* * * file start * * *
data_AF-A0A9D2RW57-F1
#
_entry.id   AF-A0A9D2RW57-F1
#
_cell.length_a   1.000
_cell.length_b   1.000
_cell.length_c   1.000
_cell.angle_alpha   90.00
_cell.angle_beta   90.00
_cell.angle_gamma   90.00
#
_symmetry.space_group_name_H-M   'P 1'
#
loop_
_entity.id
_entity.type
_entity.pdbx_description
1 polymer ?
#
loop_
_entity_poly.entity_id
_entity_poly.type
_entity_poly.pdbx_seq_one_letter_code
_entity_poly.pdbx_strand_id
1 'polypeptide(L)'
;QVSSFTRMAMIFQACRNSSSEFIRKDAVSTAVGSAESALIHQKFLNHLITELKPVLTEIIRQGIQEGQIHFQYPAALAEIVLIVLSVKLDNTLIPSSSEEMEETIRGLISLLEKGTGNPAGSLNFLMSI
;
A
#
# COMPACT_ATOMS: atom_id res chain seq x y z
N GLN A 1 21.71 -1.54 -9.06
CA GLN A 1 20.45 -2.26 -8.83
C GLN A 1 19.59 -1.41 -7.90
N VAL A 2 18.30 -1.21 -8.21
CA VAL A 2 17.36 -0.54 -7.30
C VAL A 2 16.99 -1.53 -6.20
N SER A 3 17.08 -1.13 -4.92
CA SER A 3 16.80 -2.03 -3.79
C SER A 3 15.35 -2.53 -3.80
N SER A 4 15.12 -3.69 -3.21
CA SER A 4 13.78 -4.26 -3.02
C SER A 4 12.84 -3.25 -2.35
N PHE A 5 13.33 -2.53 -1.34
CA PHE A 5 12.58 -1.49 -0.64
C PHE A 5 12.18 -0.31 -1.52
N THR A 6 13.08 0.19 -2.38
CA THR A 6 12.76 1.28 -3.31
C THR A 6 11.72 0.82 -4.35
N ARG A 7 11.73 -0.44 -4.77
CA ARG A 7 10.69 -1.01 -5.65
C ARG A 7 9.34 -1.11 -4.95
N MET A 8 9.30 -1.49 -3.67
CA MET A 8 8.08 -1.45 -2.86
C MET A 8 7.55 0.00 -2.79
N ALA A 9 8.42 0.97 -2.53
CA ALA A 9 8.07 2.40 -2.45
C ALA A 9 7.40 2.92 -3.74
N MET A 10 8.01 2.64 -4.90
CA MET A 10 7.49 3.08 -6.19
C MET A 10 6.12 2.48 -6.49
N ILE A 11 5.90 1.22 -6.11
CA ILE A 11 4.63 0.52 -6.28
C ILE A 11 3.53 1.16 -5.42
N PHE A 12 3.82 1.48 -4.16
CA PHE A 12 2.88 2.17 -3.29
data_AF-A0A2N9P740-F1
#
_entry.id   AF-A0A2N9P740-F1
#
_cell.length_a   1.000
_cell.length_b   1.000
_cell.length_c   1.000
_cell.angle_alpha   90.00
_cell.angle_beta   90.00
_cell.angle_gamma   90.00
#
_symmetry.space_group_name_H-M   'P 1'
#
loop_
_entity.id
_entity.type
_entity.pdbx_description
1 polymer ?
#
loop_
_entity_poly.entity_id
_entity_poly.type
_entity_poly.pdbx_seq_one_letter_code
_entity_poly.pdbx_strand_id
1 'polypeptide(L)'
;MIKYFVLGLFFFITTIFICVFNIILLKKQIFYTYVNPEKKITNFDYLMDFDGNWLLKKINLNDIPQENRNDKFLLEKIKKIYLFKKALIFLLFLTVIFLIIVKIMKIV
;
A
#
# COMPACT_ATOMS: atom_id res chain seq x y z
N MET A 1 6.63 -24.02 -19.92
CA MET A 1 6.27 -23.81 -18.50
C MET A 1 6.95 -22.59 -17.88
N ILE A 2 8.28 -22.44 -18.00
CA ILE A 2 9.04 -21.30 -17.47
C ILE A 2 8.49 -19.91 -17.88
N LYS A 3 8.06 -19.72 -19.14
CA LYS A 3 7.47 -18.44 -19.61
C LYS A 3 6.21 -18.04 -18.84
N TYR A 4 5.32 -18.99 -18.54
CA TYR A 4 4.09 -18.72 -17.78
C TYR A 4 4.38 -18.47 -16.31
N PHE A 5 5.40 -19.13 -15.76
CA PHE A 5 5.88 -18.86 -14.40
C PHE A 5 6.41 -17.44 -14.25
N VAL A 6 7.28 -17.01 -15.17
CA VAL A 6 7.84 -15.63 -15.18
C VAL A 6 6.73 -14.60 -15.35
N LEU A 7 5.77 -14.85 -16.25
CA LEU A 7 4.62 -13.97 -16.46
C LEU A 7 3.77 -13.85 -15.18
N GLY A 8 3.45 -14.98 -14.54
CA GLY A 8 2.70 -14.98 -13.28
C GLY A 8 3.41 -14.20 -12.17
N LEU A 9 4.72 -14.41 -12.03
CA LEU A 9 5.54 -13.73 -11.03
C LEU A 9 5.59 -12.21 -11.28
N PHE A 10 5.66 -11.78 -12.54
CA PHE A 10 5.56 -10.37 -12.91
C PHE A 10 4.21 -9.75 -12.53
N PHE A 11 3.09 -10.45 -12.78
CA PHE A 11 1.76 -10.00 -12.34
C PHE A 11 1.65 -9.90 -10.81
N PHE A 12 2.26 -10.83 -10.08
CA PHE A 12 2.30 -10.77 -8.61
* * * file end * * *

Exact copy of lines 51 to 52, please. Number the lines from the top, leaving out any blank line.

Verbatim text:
C ARG A 7 9.34 -1.11 -4.95
N MET A 8 9.30 -1.49 -3.67